Last year in Southbourne, England, a wall of valuable Delft blue tiles (not the ones shown here) worth up to £50,000 (roughly 64,350 euro) was uncovered during the demolition of a Victorian house. The wall had 256 tiles in all, bricked in behind a fireplace. It was uncovered by a demolition expert who had also found tons of valuable letters and such during the demolition of JRR Tolkien’s former Poole home in 2008, many of which were located around the fireplace, the place to check.
“The remarkably well-preserved collection of hand-painted tiles includes some decorated with patterns, biblical scenes, rural settings, animals and colourful birds.”
(Link: www.bournemouthecho.co.uk, Photo by Morgaine, some rights reserved)
Tags: Delftware, England
There was never a better time to get your Bosch on.
The Noordbrabants Museum in Den Bosch, the town that one of the Netherlands most famous mediaeval painters was named after, has a major exhibit of most of Hieronymus Bosch’ works coming up in less than two weeks.
The Guardian calls it “the impossible”, an exhibition of 20 of Bosch’s 25 surviving panels in a small, local museum. The exhibit will run from 13 February to 8 May 2016.
If you are unable to make it to the museum, the Bosch fever sweeping the country ensures you can engage with the great painter in several other ways. The local newspaper, Brabants Dagblad, has an online quiz that will let you spin the wheel to find out how much you really know about the seven deadly sins. The questions are in Dutch and cover topics as varied as Doutzen Kroes, Roy Donders, frikandels, Mike Tyson, Snow White, civil servants, Louis van Gaal, FIFA, the biggest hamburger in the world, plastic surgery and David Beckham.
The paper has five other games for you, each one based on a different painting by Bosch, which can be reached through the quiz’s main menu.
If Dutch isn’t your forte, broadcaster NTR lets you explore the triptych The Garden of Earthly Delights. There are spoken versions of the interactive tour in Dutch, Dutch for children and English. If you just want to admire the painting, Wikimedia Commons has a huge photo of 30,000 × 17,000 pixels (223 megabytes). Should you print that file, you would need a wall of five metres wide and almost three metres high to display it.
(Illustration: screenshot of the Brabants Dagblad game, edited to convey the impression of spinning motion)
Tags: Den Bosch, exhibitions, games, Hieronymus Bosch, Middle Ages, painters
Last May the grounds of the Land van Ooit theme park (‘Land of Someday’) in Heusden, Brabant, that has been for sale since 2008, were turned into a temporary regular park by the municipality.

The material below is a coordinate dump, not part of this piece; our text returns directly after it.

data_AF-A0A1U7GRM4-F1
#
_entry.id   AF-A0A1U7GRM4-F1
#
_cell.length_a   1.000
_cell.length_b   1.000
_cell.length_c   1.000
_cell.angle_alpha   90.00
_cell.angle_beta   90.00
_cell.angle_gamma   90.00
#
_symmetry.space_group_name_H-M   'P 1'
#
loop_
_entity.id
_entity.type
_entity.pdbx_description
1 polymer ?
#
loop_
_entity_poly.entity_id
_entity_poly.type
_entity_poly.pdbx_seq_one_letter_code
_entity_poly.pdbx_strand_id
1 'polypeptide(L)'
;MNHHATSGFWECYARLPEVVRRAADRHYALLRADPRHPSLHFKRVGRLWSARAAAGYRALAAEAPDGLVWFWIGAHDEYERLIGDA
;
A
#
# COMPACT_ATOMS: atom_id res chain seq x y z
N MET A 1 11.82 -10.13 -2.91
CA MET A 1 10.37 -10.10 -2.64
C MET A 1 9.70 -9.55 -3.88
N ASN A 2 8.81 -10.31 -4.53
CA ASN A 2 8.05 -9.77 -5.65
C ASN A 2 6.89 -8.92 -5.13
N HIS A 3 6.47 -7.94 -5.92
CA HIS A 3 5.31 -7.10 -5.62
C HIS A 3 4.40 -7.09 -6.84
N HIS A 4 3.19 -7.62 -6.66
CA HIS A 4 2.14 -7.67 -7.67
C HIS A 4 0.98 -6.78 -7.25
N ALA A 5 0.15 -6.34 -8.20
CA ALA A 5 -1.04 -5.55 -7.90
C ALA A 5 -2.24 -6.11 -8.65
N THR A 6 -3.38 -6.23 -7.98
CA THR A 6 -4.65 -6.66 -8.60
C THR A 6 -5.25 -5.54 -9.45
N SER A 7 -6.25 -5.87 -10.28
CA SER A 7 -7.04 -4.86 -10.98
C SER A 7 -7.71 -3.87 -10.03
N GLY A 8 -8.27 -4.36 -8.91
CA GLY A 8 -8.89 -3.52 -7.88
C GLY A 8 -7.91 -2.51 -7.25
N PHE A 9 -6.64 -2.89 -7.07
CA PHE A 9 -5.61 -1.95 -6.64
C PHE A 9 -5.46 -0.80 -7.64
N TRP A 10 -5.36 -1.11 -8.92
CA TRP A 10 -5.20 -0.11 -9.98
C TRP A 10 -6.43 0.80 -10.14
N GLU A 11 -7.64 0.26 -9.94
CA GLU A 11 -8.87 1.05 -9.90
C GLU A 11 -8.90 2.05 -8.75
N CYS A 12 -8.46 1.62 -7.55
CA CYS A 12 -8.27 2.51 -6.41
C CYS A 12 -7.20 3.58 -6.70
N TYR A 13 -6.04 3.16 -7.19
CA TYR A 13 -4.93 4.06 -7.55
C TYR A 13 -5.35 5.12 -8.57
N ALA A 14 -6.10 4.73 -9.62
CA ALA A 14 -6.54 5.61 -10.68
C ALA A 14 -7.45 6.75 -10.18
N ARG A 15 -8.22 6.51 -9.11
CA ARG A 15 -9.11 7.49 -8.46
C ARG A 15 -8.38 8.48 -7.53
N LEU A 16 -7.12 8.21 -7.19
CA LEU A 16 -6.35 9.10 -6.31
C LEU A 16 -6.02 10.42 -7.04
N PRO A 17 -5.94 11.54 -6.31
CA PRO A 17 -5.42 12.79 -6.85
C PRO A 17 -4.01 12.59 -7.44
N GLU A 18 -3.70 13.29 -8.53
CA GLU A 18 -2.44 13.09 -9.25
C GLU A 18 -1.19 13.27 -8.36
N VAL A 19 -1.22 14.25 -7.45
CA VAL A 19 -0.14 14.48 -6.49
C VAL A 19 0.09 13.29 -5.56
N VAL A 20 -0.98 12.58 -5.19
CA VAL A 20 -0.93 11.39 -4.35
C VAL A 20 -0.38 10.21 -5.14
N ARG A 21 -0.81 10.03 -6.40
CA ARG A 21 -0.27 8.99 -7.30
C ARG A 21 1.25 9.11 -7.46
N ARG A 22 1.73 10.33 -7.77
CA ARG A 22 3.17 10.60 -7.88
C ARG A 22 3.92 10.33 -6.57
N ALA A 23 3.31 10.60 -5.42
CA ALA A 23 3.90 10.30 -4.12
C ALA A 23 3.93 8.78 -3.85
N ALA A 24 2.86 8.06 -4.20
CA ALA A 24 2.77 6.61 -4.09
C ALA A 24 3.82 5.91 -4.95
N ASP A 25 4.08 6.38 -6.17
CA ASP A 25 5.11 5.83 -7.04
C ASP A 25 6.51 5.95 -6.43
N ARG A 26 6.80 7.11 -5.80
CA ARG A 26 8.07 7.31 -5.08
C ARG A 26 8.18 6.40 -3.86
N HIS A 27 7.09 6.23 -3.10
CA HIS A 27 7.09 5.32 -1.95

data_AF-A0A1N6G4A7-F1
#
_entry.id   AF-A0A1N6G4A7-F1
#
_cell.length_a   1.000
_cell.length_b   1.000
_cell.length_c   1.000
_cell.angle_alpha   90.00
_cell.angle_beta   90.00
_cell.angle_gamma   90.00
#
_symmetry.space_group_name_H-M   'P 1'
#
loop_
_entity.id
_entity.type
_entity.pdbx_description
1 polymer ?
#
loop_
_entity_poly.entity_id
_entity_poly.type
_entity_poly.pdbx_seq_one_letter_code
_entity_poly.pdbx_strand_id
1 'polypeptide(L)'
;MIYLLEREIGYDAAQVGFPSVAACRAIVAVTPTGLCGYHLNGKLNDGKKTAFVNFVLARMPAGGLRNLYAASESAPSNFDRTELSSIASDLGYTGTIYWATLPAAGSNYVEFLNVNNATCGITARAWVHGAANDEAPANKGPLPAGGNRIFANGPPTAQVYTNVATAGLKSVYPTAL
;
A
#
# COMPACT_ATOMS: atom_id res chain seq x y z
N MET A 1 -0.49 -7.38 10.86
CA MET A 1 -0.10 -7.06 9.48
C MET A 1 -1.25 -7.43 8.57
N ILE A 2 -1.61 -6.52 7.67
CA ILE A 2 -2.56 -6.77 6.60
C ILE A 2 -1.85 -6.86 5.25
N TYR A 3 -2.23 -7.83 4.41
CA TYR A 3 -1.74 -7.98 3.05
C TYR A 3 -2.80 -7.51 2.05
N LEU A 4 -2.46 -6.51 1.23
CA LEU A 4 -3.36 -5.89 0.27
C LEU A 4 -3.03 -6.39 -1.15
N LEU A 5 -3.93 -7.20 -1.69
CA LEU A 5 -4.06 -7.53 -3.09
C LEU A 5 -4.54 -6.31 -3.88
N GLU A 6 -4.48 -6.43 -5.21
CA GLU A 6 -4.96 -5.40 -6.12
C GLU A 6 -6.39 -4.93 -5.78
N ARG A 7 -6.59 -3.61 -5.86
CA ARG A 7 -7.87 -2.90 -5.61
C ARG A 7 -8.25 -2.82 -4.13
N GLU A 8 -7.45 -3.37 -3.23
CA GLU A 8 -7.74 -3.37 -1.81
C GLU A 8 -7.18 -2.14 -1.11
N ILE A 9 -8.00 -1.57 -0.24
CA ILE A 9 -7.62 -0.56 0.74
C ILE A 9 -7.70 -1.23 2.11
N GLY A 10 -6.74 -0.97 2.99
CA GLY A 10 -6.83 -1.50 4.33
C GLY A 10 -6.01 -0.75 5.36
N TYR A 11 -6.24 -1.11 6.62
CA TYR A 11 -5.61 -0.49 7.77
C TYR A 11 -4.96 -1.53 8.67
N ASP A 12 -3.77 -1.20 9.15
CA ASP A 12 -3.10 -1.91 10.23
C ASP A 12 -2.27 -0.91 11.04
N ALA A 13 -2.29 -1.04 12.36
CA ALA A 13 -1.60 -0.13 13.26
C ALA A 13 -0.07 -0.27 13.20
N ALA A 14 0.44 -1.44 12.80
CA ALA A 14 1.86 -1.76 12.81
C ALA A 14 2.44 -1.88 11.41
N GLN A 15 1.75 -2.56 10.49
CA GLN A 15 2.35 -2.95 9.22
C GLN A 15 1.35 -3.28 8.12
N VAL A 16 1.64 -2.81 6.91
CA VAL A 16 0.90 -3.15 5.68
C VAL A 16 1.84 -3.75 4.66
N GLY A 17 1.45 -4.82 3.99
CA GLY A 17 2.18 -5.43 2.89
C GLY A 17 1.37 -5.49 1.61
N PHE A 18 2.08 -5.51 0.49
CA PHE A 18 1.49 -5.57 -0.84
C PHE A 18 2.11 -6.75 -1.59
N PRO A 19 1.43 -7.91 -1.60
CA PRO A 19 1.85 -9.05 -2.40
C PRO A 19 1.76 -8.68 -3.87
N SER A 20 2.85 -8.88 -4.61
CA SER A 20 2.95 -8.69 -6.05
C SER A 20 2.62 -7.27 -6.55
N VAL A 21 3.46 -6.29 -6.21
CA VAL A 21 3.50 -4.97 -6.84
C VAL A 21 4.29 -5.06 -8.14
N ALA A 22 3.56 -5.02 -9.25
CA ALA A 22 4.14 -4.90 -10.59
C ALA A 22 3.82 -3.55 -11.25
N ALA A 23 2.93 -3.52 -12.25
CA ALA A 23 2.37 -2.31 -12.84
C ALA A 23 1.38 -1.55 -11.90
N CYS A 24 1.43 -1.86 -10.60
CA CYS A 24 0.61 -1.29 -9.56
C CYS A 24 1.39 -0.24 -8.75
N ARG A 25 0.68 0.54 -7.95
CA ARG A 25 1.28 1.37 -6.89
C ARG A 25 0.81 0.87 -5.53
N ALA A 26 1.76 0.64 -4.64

Before opening the grounds to the public again, drones had already taken the opportunity to shoot a couple of videos.
Video: YouTube / Ralph Denessen.
Video: YouTube / WOUW! Luchtopnames.
The theme park’s attractions were auctioned off in 2008, a year after the park went bankrupt. In 2015, after opening the park to the public again, the municipality of Heusden destroyed all the buildings in the park except the 13th century Castle d’Oultremont. It seems the pond with Napoleon’s drowning army also still exists. The municipality is still hoping to sell the grounds.
In 1989 former Efteling CEO Marc Taminiau founded Land van Ooit. He was trying to escape the fierce competition between ride-based amusement parks by creating a theme park based on theatre. The central deceit of the park was that it was its own fairytale country with its own anthem, salute and border crossings. Visitors were called Anderlanders, Otherlanders. Its motto was children are in charge. In its heyday Land van Ooit managed to attract up to 375,000 visitors a year.
(Photo: crop of the Ralph Denessen video)
Tags: amusement parks, bankruptcy, drones, efteling, Land van Ooit, theme parks
In February 2014 we told you about a border correction that was to take place between Belgium and The Netherlands two years down the road. Apparently, it should happen in 2016: the Presqu’ile de l’Islal, a small Belgian peninsula stranded on the Dutch bank of the river Meuse (Maas), will become Dutch territory much to the delight of the law on both sides.